LAID BACK or LAZY? (WE CAN BUT WE WON’T.)
In Austin, we straddle the line between laid back and lazy. Slackerville is an appropriate nickname for our city. We are functional slackers. It’s becoming a bit overused but there’s truth in the idea that Austin is “the place where 30 year-olds come to retire.”
Austin attracts talented people who want an easy going life – creative people who don’t want to live/work in the cut-throat environs of the three main entertainment hubs (LA, NY and Nashville). Among them are many dedicated, motivated people… but most of the truly gifted people I’ve known in Austin are simply not motivated enough to put forth big effort.
You know these people. They’re so good they seem bored with themselves. They can do it… and they’re SO over it. They know their abilities could allow them to outpace the majority of their peers but they prefer to coast along with minimal effort reaching the finish line barely ahead of or alongside the rest.
That’s ok. But when these people are called upon to put forth more effort they usually won’t. You did that?!? Wow! So… can you do… this? I feel like the answer is often, “Yes, I can… but, no, I won’t.” To go back the Ass metaphor of my previous posts, these are people with enormous amounts of ass – they just don’t utilize it.
I saw Dismemberment Plan’s final show at Emo’s on Red River a few years ago. The singer told the audience how much he loved Austin but that he dared not move here for fear that he’d wake up one morning and find that many years had passed unnoticed with little to no productivity on his part (my language, not his).
I laughed then but now I realize his hesitation is warranted.
In many ways, Austin is as much a haven for the lazy as it is for the creative – if you’re both you’re really in luck! It’s great to be in a town of creative people but the flip side is that Austin is so easy going that we don’t expect much of ourselves or each other.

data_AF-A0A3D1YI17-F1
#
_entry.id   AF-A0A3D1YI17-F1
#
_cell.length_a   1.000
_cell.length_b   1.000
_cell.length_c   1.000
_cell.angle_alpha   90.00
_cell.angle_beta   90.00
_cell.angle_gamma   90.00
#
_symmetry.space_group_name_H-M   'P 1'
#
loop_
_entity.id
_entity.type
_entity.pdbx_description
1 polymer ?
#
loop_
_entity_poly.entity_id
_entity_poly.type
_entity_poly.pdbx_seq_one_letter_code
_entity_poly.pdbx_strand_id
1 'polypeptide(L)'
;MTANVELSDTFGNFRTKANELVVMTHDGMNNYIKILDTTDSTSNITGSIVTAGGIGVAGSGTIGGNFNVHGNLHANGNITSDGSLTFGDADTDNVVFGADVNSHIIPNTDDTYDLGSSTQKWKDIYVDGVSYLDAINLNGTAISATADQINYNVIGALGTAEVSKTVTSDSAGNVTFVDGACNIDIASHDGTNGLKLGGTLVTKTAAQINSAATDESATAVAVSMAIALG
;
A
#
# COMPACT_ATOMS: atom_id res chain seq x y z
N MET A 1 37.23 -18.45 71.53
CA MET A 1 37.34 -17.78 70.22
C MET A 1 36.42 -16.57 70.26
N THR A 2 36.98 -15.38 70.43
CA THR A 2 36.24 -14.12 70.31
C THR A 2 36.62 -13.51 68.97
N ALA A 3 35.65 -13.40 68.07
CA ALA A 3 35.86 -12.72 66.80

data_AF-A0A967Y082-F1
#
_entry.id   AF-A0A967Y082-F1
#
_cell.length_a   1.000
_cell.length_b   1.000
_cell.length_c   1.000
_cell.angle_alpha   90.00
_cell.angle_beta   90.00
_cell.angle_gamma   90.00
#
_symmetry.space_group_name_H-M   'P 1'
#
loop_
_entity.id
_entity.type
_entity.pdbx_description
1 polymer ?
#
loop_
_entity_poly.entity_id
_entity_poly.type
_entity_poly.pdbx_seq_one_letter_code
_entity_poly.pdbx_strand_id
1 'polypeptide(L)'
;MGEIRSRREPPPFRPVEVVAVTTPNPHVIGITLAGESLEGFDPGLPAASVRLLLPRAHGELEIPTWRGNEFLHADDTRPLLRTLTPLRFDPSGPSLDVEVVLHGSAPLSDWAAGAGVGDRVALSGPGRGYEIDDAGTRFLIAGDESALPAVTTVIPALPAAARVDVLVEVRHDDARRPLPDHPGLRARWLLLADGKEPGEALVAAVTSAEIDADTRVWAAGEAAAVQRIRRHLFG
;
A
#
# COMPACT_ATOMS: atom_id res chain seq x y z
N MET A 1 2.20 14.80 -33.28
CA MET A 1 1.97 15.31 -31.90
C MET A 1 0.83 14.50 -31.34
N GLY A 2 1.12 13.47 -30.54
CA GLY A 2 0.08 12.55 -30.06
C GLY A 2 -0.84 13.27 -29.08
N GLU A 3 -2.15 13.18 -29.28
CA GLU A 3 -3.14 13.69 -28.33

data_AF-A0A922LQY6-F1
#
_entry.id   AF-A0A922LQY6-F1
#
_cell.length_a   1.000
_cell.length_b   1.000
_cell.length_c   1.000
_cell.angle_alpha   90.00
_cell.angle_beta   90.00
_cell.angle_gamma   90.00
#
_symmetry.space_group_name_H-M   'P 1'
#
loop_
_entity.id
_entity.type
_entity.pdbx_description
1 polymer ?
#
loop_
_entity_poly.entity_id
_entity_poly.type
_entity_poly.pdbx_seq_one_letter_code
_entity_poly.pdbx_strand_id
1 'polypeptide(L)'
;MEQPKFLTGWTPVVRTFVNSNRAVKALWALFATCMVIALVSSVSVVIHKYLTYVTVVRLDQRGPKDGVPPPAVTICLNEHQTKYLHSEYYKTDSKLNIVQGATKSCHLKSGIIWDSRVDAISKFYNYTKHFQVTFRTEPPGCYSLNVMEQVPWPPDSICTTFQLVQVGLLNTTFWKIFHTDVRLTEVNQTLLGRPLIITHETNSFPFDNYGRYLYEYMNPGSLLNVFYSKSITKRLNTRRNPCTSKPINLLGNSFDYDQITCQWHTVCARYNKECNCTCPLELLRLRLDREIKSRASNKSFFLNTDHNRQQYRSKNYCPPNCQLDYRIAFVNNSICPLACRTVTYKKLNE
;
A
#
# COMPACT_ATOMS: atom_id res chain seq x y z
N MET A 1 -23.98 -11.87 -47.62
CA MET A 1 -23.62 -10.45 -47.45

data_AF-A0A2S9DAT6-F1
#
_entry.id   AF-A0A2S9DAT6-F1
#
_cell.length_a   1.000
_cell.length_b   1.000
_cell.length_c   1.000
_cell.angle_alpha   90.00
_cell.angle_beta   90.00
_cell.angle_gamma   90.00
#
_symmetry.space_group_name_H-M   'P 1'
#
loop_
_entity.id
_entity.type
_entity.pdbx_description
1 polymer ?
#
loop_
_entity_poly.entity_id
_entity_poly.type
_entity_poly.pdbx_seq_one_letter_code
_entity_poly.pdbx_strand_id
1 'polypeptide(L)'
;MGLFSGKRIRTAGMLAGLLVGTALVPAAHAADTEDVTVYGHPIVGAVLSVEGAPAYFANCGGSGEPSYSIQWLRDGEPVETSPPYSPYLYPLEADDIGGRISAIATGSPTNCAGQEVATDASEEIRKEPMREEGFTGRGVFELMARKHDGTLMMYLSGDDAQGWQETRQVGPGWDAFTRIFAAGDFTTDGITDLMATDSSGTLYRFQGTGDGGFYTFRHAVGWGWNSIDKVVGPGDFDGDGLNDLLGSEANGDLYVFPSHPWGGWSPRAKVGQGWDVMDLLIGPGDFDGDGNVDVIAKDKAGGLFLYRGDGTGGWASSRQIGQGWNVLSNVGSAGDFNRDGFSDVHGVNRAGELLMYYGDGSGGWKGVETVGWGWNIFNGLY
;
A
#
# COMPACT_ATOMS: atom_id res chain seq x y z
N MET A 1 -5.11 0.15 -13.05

I’ve been to my fair share of rehearsals where very few people (if any) were actually prepared. Sometimes I’ve been the unprepared one! This is not to mention the rehearsals that are more about drinking beer or smoking weed than making music.
This seems to be the norm. Even higher pay doesn’t seem to make a difference unless it’s really high… but most of us won’t ever reach that point. I know at least two guys who pay well for session players on their albums. Most of the players arrive to these recording sessions late having not even viewed/heard the reference material. They just go in blindly and wing it. The list of well known names who do this regularly is surprising.
We’re pretty flakey, aren’t we, when “the best” among us are just the most functional of slackers?
A friend once told me that Austin is a town that rewards failure. Well… A lot of people would say that it’s a success to live in a place that’s so easy going. If life is a zero sum game, why try so hard? What are we all working toward anyway? Retirement at 30? Peaceful death? For many, Austin is the destination. Here we are. Now what? Who cares, we made it to Austin!! Enjoy!
The quest for an easy-going life is what draws Americans to places like Costa Rica, Cancun, Jamaica, etc. If you’ve ever visited these places, you’ve surely noticed their simple, laid back ways of life. They don’t get much done… but they live in a seemingly stress-free paradise. It makes sense to prioritize having a great life that you enjoy daily rather than living for the dollar like they do in more industrious places.
That’s really awesome… unless you’re a more ambitious person. Afterall, most of those laid-back nations are undereducated, poor and scraping the bottom of the barrell. They earn just about enough to survive.
Also, just as these nations attract disgruntled US citizens who can live like kings with their high value currency and better education, Austin attracts people from California, New York, etc. who don’t think our housing prices are expensive. No wonder all of us seem to be moving farther and farther from the city center. Our awesomeness is attracting others who want to be part of it and they’re pricing us out of our own town.